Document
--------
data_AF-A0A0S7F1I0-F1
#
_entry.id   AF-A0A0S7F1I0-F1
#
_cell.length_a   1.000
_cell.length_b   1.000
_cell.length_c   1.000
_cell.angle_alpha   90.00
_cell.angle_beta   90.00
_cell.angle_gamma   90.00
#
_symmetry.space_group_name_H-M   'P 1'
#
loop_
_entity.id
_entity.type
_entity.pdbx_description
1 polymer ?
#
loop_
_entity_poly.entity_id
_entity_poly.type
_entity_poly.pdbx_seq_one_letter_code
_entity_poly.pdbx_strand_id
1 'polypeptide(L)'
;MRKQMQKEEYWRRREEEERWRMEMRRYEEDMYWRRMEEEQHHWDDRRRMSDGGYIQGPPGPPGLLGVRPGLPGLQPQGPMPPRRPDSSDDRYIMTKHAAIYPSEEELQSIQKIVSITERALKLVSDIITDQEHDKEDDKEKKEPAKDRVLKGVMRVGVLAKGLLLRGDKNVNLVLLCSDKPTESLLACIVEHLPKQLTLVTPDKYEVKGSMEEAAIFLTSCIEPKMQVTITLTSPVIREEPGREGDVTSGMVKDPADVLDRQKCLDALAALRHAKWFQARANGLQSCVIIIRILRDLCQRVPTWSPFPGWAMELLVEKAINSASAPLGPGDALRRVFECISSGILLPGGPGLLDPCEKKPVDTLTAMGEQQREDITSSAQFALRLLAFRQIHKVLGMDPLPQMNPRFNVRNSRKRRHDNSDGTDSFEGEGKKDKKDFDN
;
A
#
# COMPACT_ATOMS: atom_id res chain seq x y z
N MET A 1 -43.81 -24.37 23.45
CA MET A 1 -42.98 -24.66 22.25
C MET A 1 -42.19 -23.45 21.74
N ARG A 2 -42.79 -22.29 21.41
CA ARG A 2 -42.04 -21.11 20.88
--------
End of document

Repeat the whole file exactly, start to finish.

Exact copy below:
data_AF-A0A0S7F1I0-F1
#
_entry.id   AF-A0A0S7F1I0-F1
#
_cell.length_a   1.000
_cell.length_b   1.000
_cell.length_c   1.000
_cell.angle_alpha   90.00
_cell.angle_beta   90.00
_cell.angle_gamma   90.00
#
_symmetry.space_group_name_H-M   'P 1'
#
loop_
_entity.id
_entity.type
_entity.pdbx_description
1 polymer ?
#
loop_
_entity_poly.entity_id
_entity_poly.type
_entity_poly.pdbx_seq_one_letter_code
_entity_poly.pdbx_strand_id
1 'polypeptide(L)'
;MRKQMQKEEYWRRREEEERWRMEMRRYEEDMYWRRMEEEQHHWDDRRRMSDGGYIQGPPGPPGLLGVRPGLPGLQPQGPMPPRRPDSSDDRYIMTKHAAIYPSEEELQSIQKIVSITERALKLVSDIITDQEHDKEDDKEKKEPAKDRVLKGVMRVGVLAKGLLLRGDKNVNLVLLCSDKPTESLLACIVEHLPKQLTLVTPDKYEVKGSMEEAAIFLTSCIEPKMQVTITLTSPVIREEPGREGDVTSGMVKDPADVLDRQKCLDALAALRHAKWFQARANGLQSCVIIIRILRDLCQRVPTWSPFPGWAMELLVEKAINSASAPLGPGDALRRVFECISSGILLPGGPGLLDPCEKKPVDTLTAMGEQQREDITSSAQFALRLLAFRQIHKVLGMDPLPQMNPRFNVRNSRKRRHDNSDGTDSFEGEGKKDKKDFDN
;
A
#
# COMPACT_ATOMS: atom_id res chain seq x y z
N MET A 1 -43.81 -24.37 23.45
CA MET A 1 -42.98 -24.66 22.25
C MET A 1 -42.19 -23.45 21.74
N ARG A 2 -42.79 -22.29 21.41
CA ARG A 2 -42.04 -21.11 20.88